‘There are people who are evangelically opposed to gambling,’ he says. ‘They point to the risk of addiction and to the very real danger of organised crime becoming involved in match-fixing and raking in huge profits. But we argue that regulation and watchdogs such as the International Betting Integrity Association (IBIA) protect against corruption.
‘The IBIA, for example, reported no fewer than 50 cases of suspicious betting patterns to the relevant authorities during the third quarter of 2019 alone.’
The gambling industry is addressing the problem of people who have gone from enjoying a hobby to becoming addicted to gambling – and inflicting all the suffering that addiction brings. These are a small proportion of the millions of punters who have an annual flutter on the Grand National, for instance, but they are nonetheless in dire need of help. Sources of assistance include Gamblers Anonymous, GamCare and BeGambleAware.
Chris Fox has managed more than £600m of deals since joining Kambi in September 2016. Looking to the future, from where is future growth likely to come? ‘We’re seeing developing markets in South America and Africa,’ he replies, ‘but the biggest opportunity is in the US following the US Supreme Court’s repeal of The Professional and Amateur Sports Protection Act (PASPA) in June 2018.’
PASPA, which came into law in 1992, effectively outlawed sports betting throughout the US, with the exception of a few states such as Nevada and Oregon. Its repeal opens a market valued at £7.7bn that, it is hoped, will supplant black market betting and allow states to regulate and levy tax on it. It is an opportunity not only for bookmakers and sportsbooks, but also for companies such as Kambi – which, Fox says, was quick to take advantage of liberalisation.
‘The team made history by securing a licence in New Jersey and taking the first legal sports bet in the whole of the US. We’ve secured licences in 14 further states since then. I’m proud of this because all too often involving legal is an afterthought, whereas, post-PASPA, getting licensed in different jurisdictions is driving our sales process.’
Fox also captured the attention of the Excellence Awards judges in 2018 when he was ‘highly commended’. What does he do that is so extraordinary? He begins by talking about the importance of building the right team and of retaining their loyalty through empowering them to develop their own careers and skill sets.
‘When I joined Kambi, there was just the one lawyer in the team,’ he says. ‘Now there are 13. I argued that as a regulated company with huge compliance requirements, we needed to boost our legal arm. The business agreed.
‘Whenever I’m looking at recruiting a prospective newcomer to the team, we go through three rounds of interviews. I believe that’s the minimum amount of interaction required to get to know someone reasonably well. Each interview is a two-way affair, with the candidate interviewing us at the same time we interview them. I also make sure that the other members of the team meet the candidate. After all, they might soon be working together and it’s important they should like what they see, that the personality fit is right.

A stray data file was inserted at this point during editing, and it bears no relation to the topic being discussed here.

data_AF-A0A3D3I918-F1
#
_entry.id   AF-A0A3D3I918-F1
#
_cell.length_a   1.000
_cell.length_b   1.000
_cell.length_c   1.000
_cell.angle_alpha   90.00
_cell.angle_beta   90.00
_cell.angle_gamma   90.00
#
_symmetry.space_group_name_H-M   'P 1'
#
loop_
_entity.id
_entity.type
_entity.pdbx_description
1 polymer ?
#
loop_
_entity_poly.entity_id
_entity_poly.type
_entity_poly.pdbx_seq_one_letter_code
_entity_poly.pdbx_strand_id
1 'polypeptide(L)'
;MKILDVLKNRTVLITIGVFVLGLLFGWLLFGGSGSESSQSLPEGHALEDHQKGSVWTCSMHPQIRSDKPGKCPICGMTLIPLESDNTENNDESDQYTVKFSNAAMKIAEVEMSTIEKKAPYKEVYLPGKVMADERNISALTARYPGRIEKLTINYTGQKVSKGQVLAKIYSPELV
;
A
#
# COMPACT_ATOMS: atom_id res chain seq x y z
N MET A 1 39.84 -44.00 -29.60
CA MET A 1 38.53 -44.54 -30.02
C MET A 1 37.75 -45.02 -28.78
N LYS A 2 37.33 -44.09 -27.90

‘And it seems to work. So far, we have had just one lawyer leave us to return to private practice. And from a diversity perspective, we have an even split along gender lines. I feel we would have failed if we’d had 13 men, say, or 13 women. Diversity gives multiple perspectives and enables us to take a holistic view.’
Fox moves on to empowering members of the team, whether they are senior or junior in terms of post-qualification experience. ‘“Done” is better than “perfect”,’ he comments. ‘The legal team is never going to be fully resourced and so individual team members are allowed the freedom to fail. They will make mistakes but are encouraged to work through their mistakes and learn. But obviously, we work hard to minimise errors through our recruitment process, and through our strong legal structure and external support network.
‘Complementing that, I take a risk-based approach and will often work behind the scenes to help a junior member of the team handle work on a particular contract. Every individual on the team has responsibility for certain stakeholders – businesses that have contracts with us – and I channel the work towards them depending upon their experience. It goes without saying that I’m not going to give the most junior member of the team responsibility for the most complex contract.
‘I also coach and mentor the team on how to present legal advice in the form that top management wants it. Basically, management wants succinct advice assertively delivered so they have the facts at their fingertips without ambivalence. I have monthly catch-ups with two senior counsel and quarterly sessions with everyone in my team. But it isn’t always that formal. I have an open-door policy that encourages people to come and speak with me when the need arises.’
Is an open-door policy common? ‘No, it’s not that usual,’ replies Fox. ‘I’ve known otherwise personable people who, upon becoming managers, transform into office-bound demons. I’m determined that’s not going to happen to me.’
He may not become demonic, but it is a safe bet that we will be hearing a lot more from Chris Fox.
Pictures: Darren Filkins